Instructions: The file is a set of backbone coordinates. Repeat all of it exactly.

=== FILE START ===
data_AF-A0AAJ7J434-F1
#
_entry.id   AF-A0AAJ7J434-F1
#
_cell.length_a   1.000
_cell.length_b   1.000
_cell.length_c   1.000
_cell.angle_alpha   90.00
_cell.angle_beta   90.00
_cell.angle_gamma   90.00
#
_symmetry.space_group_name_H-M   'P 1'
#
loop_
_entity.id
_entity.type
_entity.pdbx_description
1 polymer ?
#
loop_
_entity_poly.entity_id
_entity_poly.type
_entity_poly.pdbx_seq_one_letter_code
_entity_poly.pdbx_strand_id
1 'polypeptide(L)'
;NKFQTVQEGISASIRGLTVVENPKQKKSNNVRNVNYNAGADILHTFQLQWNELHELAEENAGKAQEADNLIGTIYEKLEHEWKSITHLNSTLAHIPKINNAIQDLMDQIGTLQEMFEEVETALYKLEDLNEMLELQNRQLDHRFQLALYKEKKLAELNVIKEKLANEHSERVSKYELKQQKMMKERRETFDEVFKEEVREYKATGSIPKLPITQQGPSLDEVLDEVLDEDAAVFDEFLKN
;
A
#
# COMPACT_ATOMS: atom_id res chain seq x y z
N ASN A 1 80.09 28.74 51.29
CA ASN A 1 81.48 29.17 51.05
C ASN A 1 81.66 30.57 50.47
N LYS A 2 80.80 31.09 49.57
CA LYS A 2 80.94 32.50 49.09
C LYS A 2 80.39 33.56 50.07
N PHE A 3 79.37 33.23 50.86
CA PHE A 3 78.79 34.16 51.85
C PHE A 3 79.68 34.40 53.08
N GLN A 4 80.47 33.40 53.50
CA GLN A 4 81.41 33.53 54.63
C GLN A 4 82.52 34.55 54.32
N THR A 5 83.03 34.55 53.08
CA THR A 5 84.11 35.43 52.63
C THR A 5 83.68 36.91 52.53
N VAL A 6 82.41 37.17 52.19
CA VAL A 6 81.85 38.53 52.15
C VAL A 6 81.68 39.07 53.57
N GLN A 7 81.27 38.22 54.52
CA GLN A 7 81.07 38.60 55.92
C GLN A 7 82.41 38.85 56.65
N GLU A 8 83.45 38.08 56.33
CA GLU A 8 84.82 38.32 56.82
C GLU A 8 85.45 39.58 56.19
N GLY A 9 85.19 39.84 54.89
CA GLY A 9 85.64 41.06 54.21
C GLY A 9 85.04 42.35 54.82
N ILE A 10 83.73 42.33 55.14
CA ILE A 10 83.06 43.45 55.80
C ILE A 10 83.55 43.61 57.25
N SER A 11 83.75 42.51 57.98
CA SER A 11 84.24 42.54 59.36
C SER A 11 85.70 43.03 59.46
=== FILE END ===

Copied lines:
data_AF-A0AAJ7J434-F1
#
_entry.id   AF-A0AAJ7J434-F1
#
_cell.length_a   1.000
_cell.length_b   1.000
_cell.length_c   1.000
_cell.angle_alpha   90.00
_cell.angle_beta   90.00
_cell.angle_gamma   90.00
#
_symmetry.space_group_name_H-M   'P 1'
#
loop_
_entity.id
_entity.type
_entity.pdbx_description
1 polymer ?
#
loop_
_entity_poly.entity_id
_entity_poly.type
_entity_poly.pdbx_seq_one_letter_code
_entity_poly.pdbx_strand_id
1 'polypeptide(L)'
;NKFQTVQEGISASIRGLTVVENPKQKKSNNVRNVNYNAGADILHTFQLQWNELHELAEENAGKAQEADNLIGTIYEKLEHEWKSITHLNSTLAHIPKINNAIQDLMDQIGTLQEMFEEVETALYKLEDLNEMLELQNRQLDHRFQLALYKEKKLAELNVIKEKLANEHSERVSKYELKQQKMMKERRETFDEVFKEEVREYKATGSIPKLPITQQGPSLDEVLDEVLDEDAAVFDEFLKN
;
A
#
# COMPACT_ATOMS: atom_id res chain seq x y z
N ASN A 1 80.09 28.74 51.29
CA ASN A 1 81.48 29.17 51.05
C ASN A 1 81.66 30.57 50.47
N LYS A 2 80.80 31.09 49.57
CA LYS A 2 80.94 32.50 49.09
C LYS A 2 80.39 33.56 50.07
N PHE A 3 79.37 33.23 50.86
CA PHE A 3 78.79 34.16 51.85
C PHE A 3 79.68 34.40 53.08
N GLN A 4 80.47 33.40 53.50
CA GLN A 4 81.41 33.53 54.63
C GLN A 4 82.52 34.55 54.32
N THR A 5 83.03 34.55 53.08
CA THR A 5 84.11 35.43 52.63
C THR A 5 83.68 36.91 52.53
N VAL A 6 82.41 37.17 52.19
CA VAL A 6 81.85 38.53 52.15
C VAL A 6 81.68 39.07 53.57
N GLN A 7 81.27 38.22 54.52
CA GLN A 7 81.07 38.60 55.92
C GLN A 7 82.41 38.85 56.65
N GLU A 8 83.45 38.08 56.33
CA GLU A 8 84.82 38.32 56.82
C GLU A 8 85.45 39.58 56.19
N GLY A 9 85.19 39.84 54.89
CA GLY A 9 85.64 41.06 54.21
C GLY A 9 85.04 42.35 54.82
N ILE A 10 83.73 42.33 55.14
CA ILE A 10 83.06 43.45 55.80
C ILE A 10 83.55 43.61 57.25
N SER A 11 83.75 42.51 57.98
CA SER A 11 84.24 42.54 59.36
C SER A 11 85.70 43.03 59.46